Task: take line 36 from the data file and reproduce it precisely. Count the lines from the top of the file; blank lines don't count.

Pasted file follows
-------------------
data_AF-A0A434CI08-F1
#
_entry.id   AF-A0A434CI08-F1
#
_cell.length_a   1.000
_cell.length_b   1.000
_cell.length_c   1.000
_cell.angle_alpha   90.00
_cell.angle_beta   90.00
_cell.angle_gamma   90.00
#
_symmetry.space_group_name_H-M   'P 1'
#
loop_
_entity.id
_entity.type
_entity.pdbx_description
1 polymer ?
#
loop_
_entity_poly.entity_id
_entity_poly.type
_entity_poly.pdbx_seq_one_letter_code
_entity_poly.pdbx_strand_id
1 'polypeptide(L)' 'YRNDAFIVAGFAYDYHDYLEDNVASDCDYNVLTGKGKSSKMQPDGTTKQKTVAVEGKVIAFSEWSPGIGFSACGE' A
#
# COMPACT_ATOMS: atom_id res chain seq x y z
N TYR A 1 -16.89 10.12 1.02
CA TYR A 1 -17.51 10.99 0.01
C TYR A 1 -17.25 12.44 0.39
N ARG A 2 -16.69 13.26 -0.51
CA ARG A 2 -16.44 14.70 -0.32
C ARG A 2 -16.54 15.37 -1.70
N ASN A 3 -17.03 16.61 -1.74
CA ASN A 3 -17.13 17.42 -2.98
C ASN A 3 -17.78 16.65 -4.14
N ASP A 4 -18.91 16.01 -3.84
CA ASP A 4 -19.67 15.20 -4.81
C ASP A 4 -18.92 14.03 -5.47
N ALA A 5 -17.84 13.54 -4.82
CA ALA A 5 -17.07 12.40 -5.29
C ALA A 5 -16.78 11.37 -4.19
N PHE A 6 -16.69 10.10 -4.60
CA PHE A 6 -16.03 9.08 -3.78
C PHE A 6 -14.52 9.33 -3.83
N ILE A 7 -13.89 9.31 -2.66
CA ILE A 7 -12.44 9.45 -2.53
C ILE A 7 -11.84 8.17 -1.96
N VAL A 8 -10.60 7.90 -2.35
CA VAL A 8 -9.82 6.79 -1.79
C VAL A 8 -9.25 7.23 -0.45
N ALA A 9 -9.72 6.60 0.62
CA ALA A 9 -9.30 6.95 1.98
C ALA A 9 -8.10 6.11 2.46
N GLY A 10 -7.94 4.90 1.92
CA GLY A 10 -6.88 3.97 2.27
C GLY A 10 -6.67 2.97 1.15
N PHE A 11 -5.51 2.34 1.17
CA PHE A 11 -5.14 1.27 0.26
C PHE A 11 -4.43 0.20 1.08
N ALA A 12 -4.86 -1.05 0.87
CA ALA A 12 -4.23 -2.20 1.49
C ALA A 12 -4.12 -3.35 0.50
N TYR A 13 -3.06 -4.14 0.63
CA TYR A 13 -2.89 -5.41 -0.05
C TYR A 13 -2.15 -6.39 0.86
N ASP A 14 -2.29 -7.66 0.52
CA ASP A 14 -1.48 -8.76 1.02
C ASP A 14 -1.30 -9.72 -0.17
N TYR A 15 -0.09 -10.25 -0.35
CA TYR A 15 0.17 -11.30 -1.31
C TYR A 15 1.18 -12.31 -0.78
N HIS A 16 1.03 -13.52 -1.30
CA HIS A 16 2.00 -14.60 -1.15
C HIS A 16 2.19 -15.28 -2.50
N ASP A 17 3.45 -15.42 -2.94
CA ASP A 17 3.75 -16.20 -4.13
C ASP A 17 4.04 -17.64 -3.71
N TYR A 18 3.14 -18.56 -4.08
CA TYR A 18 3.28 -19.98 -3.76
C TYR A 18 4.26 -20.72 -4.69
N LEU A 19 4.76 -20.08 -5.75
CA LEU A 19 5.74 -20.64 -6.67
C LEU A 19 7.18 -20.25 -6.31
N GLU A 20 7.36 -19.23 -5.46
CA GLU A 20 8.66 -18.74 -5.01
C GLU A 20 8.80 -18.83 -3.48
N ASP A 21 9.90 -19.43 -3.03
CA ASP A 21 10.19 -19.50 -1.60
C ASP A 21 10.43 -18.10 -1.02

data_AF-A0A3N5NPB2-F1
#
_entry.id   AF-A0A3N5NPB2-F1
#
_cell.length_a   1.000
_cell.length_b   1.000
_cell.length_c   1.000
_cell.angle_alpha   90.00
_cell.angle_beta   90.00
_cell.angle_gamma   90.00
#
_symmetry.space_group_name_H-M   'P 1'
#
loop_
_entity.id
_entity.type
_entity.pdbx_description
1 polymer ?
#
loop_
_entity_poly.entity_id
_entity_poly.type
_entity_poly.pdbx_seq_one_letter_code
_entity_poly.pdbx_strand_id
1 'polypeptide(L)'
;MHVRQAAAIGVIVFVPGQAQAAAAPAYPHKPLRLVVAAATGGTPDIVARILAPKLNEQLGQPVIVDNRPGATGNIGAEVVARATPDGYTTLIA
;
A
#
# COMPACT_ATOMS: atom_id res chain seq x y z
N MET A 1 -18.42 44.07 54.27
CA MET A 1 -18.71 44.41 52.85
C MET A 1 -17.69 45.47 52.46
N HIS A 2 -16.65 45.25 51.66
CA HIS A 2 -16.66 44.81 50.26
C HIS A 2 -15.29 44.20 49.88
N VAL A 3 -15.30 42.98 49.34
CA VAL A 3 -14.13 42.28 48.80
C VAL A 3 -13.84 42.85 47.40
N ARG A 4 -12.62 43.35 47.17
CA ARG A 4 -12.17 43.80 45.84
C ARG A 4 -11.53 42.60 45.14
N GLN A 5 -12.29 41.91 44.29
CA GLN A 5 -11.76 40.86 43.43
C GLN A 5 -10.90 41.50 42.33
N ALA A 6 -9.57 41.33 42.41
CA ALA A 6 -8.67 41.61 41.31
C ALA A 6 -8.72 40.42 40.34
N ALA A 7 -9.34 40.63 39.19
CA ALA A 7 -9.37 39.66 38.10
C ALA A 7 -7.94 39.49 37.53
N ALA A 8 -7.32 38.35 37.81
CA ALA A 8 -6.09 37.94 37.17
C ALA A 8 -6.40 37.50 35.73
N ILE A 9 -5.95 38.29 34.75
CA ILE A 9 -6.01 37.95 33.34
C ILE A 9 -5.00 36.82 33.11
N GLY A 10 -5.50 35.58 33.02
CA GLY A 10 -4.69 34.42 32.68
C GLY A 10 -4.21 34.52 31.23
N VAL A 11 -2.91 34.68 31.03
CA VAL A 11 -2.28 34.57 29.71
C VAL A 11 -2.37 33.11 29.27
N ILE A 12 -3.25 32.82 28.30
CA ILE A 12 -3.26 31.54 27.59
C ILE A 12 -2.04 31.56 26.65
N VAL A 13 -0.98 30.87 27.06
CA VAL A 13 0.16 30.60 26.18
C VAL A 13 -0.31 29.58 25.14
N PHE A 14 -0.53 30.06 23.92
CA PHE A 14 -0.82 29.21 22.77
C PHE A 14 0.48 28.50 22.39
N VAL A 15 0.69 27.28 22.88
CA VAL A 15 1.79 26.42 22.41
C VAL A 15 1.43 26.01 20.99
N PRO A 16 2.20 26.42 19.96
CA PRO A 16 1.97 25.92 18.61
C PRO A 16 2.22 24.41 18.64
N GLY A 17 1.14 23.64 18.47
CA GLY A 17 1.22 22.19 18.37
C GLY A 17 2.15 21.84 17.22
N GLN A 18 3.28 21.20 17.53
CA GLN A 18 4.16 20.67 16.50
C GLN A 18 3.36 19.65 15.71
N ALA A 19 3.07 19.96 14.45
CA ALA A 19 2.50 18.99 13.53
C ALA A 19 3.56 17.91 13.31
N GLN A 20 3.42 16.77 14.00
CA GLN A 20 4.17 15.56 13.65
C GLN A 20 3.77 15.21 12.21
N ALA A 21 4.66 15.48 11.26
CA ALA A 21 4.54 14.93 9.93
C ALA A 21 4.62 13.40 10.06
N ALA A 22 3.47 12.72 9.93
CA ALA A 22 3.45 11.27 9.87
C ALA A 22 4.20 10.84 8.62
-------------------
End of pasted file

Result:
C ASN A 3 -17.78 16.65 -4.14